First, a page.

To be frank, the principle of KD is to force your body to use a different kind of fuel. For example, the original fuel is gasoline. Now you are forced to switch to alcohol. KD forces the body to no longer rely on the energy of carbohydrates generated from the decomposed glucose. On the contrary, it relies on ketones—— a fuel produced by fat stored in the liver. In this regard, KD should be able to help lose weight.

However, KD in the medical field also has strict regulations: for example,you must eat fat every day; and must eat less than 20g to 50g of carbohydrates per day (a banana contains about 27g of carbohydrates). For example, a person needs to ingest 2000 kcal of energy per day, which is equivalent to eating 165g fat, 40g carbohydrates and 75g protein per day. Moreover, if too much protein is ingested, it will also affect the diet. In other words, you must eat more food with rich oil, such as fat meat. But if you eat too much fat, more than the body needs, you will also fail to achieve the purpose of weight loss. And there is a risk of becoming fatter.

Are you fit for KD?

Energy supply through direct fat splitting may be an idle way to lose weight, but it also generates certain health risks. For example, an unbalanced diet that only eats meat without grains, fruits and vegetables for a long time would cause the lack of a variety of vitamins and minerals, including B vitamins, vitamin C, selenium, magnesium, phosphorus and so on. Because the liver must metabolize too much fat, its function may be impaired and non-alcoholic fatty liver disease may occur. KD with too much protein may overload the kidney and increase the probability of kidney stones.

In addition, studies have indicated that the short-term KD can cause many adverse reactions, including abdominal pain, diarrhea, nausea, vomiting, constipation, hypertriglyceridemia, hyperuricemia, and hypercholesterolemia. Long-term KD may affect the body's bone metabolism and cause osteoporosis. Studies also have found that high-fat KD can stimulate bile acid secretion, causing excessive growth of harmful intestinal bacteria thus inducing inflammation. The nutritional obesity will be then changed into inflammatory obesity. For nutritional obesity, as long as you follow the advice of "eat less, do more sports", you can surely lose some excess fat. But for inflammatory obesity patients, the energy stored in adipose tissues can hardly be consumed.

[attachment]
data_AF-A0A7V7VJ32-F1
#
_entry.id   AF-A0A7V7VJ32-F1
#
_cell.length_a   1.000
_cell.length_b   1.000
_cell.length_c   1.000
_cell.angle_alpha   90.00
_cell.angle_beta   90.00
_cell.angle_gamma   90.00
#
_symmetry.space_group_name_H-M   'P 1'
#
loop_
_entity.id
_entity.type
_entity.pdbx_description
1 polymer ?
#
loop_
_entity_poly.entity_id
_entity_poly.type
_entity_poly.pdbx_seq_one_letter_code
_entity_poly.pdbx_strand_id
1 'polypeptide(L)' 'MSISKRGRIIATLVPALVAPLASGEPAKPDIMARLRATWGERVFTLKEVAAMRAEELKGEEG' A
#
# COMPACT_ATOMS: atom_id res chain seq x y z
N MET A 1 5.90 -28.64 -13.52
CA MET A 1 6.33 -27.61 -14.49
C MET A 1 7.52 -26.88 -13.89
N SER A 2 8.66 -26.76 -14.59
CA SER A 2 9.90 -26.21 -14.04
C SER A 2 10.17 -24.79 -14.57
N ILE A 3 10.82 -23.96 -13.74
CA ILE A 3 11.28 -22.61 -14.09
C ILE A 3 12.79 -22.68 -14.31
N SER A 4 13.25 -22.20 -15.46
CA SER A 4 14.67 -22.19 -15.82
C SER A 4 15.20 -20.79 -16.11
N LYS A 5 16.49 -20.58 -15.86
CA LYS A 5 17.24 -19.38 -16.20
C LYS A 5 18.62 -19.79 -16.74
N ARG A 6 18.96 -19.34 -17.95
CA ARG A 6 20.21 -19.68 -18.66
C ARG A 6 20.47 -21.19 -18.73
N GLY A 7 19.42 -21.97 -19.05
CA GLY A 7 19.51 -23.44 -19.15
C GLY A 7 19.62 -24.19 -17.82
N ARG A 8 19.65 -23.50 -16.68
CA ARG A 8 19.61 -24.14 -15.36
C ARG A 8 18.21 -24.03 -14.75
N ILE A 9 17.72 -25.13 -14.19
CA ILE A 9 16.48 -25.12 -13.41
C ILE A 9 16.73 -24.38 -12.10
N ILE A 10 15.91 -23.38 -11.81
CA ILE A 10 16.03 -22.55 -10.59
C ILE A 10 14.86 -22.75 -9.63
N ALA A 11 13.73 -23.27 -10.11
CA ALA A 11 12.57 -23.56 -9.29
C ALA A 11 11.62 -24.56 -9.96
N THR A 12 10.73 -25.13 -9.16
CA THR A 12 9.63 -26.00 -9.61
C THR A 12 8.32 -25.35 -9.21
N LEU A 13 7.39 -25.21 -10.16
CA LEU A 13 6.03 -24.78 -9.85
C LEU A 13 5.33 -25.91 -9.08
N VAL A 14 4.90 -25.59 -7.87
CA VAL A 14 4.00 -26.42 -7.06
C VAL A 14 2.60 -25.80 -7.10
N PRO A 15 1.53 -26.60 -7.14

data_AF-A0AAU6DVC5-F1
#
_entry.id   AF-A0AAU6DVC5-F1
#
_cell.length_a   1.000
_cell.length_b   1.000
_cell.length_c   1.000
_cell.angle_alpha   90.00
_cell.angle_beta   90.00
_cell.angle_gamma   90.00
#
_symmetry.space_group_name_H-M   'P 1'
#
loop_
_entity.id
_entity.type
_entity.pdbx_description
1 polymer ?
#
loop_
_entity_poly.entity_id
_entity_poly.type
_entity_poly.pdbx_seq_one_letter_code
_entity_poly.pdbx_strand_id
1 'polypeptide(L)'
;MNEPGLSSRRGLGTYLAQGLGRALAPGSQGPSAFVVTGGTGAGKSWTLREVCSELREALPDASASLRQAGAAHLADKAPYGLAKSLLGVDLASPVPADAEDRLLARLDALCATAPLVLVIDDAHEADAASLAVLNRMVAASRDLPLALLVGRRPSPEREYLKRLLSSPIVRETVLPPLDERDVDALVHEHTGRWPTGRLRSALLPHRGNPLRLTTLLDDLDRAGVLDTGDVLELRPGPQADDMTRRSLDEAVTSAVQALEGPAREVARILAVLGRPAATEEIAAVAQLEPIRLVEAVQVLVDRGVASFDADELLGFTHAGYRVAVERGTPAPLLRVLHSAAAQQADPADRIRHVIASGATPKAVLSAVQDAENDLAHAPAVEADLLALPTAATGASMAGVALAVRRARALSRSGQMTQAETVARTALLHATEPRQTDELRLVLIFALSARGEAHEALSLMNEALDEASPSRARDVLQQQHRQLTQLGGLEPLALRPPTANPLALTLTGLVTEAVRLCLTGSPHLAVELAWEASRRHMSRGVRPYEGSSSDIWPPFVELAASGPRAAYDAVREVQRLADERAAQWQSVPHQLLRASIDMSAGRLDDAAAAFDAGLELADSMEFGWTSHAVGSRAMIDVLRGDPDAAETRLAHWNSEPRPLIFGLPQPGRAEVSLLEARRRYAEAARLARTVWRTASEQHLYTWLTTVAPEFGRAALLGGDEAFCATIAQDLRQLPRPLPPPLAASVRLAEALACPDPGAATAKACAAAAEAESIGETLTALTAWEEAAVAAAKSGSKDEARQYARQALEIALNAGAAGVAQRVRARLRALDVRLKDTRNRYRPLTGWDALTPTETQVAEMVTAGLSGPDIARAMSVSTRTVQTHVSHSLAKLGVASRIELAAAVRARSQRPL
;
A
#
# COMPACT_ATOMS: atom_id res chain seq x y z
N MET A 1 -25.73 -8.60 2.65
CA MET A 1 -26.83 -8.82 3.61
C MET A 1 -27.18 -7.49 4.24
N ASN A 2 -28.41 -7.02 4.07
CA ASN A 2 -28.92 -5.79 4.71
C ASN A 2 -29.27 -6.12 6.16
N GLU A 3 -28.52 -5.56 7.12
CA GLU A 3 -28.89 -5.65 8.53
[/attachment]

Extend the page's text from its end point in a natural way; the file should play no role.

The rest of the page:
However, even KD in medical practice can have a variety of banned population: for example, patients with primary carnitine deficiency, carnitine palmitoyltransferase (CPT) I or II deficiency, carnitine translocase deficiency, β-oxidation deficiency, and other diseases. Besides, patients with impaired liver function, pancreatic function deficiency, gallbladder disease, kidney disease, abdominal tumor or impaired intestinal function, and patients with type 1 diabetes, or type 2 diabetes which needed insulin therapy, and patients ingesting hypotensor, pregnant and lactating women, patients with weak gastrointestinal motility or malnutrition, etc., should also be careful to adopt KD. It is best to consult a doctor before performing a KD.

If you can't take the risk of KD, you may follow the old way of "eat less, do more sports".


1.Paoli A, Bianco A, Damiani E, et al. Ketogenic diet in neuromuscular and neurodegenerative diseases [J]. BioMed Research International, 2014, 2014:1-10.

2.Knut H L, Md M H, Christine E R, et al. A ketogenic diet accelerates neurodegeneration inmice with induced mitochondrial DNA toxicity in the forebrain [J]. Neurobiology of Aging, 2016,48: 34-47.